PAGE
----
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Ramshot Hunter Powder

Ramshot Hunter Powder

Last month, I looked at Ramshot’s Wild Boar; this time around, it’s Hunter. Made in Belgium, and as with all their powders, it’s a double-based, clean burning and high-performance propellant that is perfect for medium to larger cartridges, such as the 6.5 Creedmoor and 6.5 x 55 Swedish, 270 Winchester, 300 WSM and 338 Win Mag. Ramshot have this to say about it; “It’s the only spherical powder in the popular 4350 burn range, making it ideal for a wide range of calibres. The excellent flow characteristics allow accurate metering and consistent shot-to-shot results.”

Three cartridges

For the test, I picked three cartridges; 6.5 x 55 Swedish 23” Mauser M03, 6.5 Creedmoor 24” Remington 700 Gen II and 270 Winchester in a Blaser R8 Professional Success (22.5”). Though saying that, it looks like Hunter’s talents run from 22-250 Remington right up to calibres like 375 Ruger, with few exceptions.

Being double-based, it will burn hotter, so eventually cause accelerated barrel wear. However, any barrel is a lifed item and when it dies you simply replace it and everything wears out in the end, so what are you going to do? A hunting rifle is perhaps less of a concern than a target gun, due to the lesser round count you might expect!

Burning rate wise, it looks like Hunter is just behind the following- Vit N160, MR4831 and H4831, H4831 SC and Vit N560. I have used all these in my three selected calibres. Its spherical form is very fine and tests through a Hornady, Bench Rest Grade Lock-N-Load powder thrower showed extremely consistent results, that pretty much came in on the numbers every time! With few exceptions I handload all my ammo and use a thrower set to slightly under the required charge weight, then top up with a powder trickler to get dead on the figure on the scale. However, with the Hunter, I could have missed out that step.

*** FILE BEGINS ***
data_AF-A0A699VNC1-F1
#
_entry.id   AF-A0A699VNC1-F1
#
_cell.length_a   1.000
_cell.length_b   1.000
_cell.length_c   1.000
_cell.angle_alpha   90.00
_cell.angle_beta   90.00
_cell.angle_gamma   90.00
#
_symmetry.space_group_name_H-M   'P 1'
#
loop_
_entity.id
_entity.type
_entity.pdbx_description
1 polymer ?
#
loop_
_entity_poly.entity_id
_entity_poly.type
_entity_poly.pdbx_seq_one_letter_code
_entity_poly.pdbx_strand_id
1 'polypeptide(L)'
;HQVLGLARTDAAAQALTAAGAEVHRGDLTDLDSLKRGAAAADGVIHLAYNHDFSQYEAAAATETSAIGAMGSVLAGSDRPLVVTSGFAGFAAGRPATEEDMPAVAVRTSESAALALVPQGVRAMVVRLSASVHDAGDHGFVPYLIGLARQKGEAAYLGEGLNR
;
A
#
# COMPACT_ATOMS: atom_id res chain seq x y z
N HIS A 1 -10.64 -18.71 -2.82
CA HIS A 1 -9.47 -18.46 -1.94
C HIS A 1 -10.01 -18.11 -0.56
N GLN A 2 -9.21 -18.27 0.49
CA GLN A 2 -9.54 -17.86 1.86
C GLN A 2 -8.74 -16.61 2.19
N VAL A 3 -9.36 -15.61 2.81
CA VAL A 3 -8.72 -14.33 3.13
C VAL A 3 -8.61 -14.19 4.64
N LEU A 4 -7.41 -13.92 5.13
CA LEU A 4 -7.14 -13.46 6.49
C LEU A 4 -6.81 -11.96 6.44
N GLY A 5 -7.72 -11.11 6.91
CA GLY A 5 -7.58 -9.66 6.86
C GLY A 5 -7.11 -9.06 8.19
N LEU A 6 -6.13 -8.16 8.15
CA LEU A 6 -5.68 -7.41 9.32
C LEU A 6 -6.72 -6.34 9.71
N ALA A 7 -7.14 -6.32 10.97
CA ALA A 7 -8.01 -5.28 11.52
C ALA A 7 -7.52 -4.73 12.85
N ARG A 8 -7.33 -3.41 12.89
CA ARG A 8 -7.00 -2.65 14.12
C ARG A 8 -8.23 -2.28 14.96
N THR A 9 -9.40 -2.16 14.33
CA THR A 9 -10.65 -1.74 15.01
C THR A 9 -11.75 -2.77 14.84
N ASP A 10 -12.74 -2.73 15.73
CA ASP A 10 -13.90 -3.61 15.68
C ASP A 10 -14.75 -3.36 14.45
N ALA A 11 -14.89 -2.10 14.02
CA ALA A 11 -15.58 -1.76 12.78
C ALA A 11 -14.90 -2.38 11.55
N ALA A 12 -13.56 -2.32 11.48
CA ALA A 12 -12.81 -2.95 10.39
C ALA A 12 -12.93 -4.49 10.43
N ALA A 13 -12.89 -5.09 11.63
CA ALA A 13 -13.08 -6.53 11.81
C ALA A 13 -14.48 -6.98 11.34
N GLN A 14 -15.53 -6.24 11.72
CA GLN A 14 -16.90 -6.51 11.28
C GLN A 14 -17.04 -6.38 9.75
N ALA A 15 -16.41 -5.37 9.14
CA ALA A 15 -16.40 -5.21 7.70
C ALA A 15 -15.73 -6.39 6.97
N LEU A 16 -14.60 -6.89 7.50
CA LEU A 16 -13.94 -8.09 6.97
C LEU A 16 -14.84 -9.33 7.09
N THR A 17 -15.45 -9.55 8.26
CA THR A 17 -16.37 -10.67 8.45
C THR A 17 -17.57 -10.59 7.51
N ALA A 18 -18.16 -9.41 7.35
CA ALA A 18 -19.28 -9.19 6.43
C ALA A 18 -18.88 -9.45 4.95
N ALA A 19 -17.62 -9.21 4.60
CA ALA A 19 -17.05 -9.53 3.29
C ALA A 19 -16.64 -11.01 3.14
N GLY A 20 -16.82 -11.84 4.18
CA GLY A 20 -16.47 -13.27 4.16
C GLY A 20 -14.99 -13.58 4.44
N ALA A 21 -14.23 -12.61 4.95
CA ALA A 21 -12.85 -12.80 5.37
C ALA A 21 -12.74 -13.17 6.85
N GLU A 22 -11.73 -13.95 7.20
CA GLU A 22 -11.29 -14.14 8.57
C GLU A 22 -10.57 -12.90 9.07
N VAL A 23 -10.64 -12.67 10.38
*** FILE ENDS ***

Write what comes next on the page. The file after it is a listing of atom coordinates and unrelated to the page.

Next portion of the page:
Good figures

The Creedmoor used Hornady’s new 143-grain ELD X bullet with a minimum charge of 41-grains, giving 2450 fps and the maximum of 45.7 at a surprising 2959 fps/2790 ft/lbs and some seriously tight groups. Using the same bullet in the 6.5x55 Swedish resulted in near identical performance, though here, charge weights are slightly lower at 38.4-grains (minimum) at 2430 fps and 42.7-grains (maximum) at 2675 fps/2280 ft/lbs, to include the original and weaker M96 action. Saying that, my modern Mauser M03 is a strong build and more than capable of handling the Creedmoor data if you fancy it!

With 270 Winchester, I generally use a 130-grain Nosler AccuBond bullet; which, with 57-grains, goes out at 2960 fps/2542 ft/lbs, as opposed to the quoted 3143 fps, due to the slightly shorter barrel. However, it compares very well to the Winchester factory load in figures and performance. Sometimes, a heavy bullet can be good too, so I tried a 150-grain Nosler Partition with 52-grains of Hunter for 2808 fps/2638 ft/lbs. Ram Shot Hunter proved a decent powder and is worth getting some to see if it suits your needs, which it doubtless will!

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